I read The Lord Of The Rings long before I understood what it was all about. Our family had a condensed version, where all three volumes were combined into one giant book. It weighed as much as I did.
I was literally in the closet back then. Due to a large window beside my bed and an irrational fear of being eaten alive in the middle of the night by wild animals, I slept in a built-in closet at the foot of my bed. At night, huddled beneath my blankets with a flashlight, I would read until the lines began to blur together and I could not keep my eyes open any longer. I would underline and write down all of the words I did not understand and look them up the next day.
The complex machinations of Middle Earth were well beyond my years but I definitely identified with the underlying themes of Tolkien’s work; triumph over impossible odds, unbreakable friendships and good conquering evil. I kept terrible secrets and answered in riddles when asked about my sexuality. I nimbly dodged crushing blows from monsters twice my size. I talked to trees.
Contextually, where I grew up was not that different from the page. We lived in the middle of nowhere, with no running water or electricity, not unlike Hobbits. Vast forests, dark and threatening, and mist-covered mountains, surrounded us on all sides. A colorful cast of oddball characters popped in and out of our lives at a moments notice.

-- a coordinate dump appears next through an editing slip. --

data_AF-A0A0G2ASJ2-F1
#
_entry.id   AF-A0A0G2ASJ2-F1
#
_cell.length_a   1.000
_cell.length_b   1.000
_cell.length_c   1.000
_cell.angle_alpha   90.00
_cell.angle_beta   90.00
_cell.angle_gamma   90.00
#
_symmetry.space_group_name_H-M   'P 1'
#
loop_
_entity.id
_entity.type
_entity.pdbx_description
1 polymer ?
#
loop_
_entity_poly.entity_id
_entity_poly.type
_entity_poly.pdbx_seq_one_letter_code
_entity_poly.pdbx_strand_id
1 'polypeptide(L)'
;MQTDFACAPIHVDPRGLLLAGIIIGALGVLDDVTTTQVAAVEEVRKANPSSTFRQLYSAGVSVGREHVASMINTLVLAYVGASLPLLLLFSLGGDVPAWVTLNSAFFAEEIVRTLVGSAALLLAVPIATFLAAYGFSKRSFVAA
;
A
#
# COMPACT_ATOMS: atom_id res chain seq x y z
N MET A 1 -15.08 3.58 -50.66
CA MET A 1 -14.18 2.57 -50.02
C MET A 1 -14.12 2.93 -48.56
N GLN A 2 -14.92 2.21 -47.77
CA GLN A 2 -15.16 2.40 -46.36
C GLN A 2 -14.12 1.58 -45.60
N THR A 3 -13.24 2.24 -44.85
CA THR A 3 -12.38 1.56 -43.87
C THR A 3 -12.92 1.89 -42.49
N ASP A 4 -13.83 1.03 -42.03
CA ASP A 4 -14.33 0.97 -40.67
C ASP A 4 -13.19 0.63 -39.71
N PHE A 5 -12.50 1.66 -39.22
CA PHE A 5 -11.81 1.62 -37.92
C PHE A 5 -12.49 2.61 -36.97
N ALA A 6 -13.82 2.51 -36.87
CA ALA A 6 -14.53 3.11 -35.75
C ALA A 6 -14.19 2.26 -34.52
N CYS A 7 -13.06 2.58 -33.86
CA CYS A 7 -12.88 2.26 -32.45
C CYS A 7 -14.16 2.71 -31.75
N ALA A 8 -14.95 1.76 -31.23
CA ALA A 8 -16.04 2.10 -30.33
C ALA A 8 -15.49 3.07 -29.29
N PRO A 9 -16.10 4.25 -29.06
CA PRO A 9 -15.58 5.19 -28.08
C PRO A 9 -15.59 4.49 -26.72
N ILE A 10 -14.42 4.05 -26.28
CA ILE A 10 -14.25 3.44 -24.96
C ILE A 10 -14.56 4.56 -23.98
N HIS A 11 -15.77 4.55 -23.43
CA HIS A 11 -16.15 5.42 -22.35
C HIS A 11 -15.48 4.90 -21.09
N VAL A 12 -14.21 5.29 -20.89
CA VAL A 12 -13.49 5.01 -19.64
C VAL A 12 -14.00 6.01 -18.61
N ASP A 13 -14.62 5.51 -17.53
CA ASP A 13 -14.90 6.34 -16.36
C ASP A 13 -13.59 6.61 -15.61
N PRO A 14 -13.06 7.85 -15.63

It was easy for me to lose myself in The Lord Of The Rings. I wanted nothing more than to escape my unsettled life, set off on a grand adventure and leave all of my troubles behind.
The one thing I did not have was Samwise Gamgee.
Frodo’s faithful companion Sam was my ideal man. He embodied the qualities I was missing from the men in my life: honesty, bravery, compassion and steadfast loyalty. He would always have my back, no matter what. I wanted Sam to be my boyfriend.
Many times, while hunting Orcs or evading Ring-wraiths in my own Fangorn Forest, Sam would come to my rescue when things were at their bleakest. I was a little less afraid knowing that he was never far away. My Sam was funny, but never more so than me. My Sam was ruggedly handsome, strong and true. He kept me safe.
I was not yet old enough to fully understand what “gay” was. I knew I was different, but sexual attraction was not a part of the equation. I longed for companionship and camaraderie. I wanted the same relationship that Pippin and Merry had… because everybody knows they were lovers.
When I grew up a little and understood that I was born this way I realized that The Lord Of The Rings did not make me gay. I was looking for a way out of the situation that I was in, searching for someone to save me and because of that, the books really spoke to me. If I had a friend like Sam, who I could have confided in, my life would have been very different.
It is not uncommon for gay men to be fans of fantasy novels. In the same way that we are drawn to comic books and sci-fi, we are drawn to books that allow us to sneak away (if even for a few minutes) from the daily grind of being homosexual in a heterosexual world.
In the end I got very lucky. I found my Sam and married him five years ago. He is kind and loyal and true. He has my back and I have his. If I told him I had to travel to Mordor and toss a magical ring into the fiery pit of Mount Doom, he’d ask: “when do we leave?”
So no, The Lord Of The Rings did not make me gay, but it sure did help determine the man I ultimately married.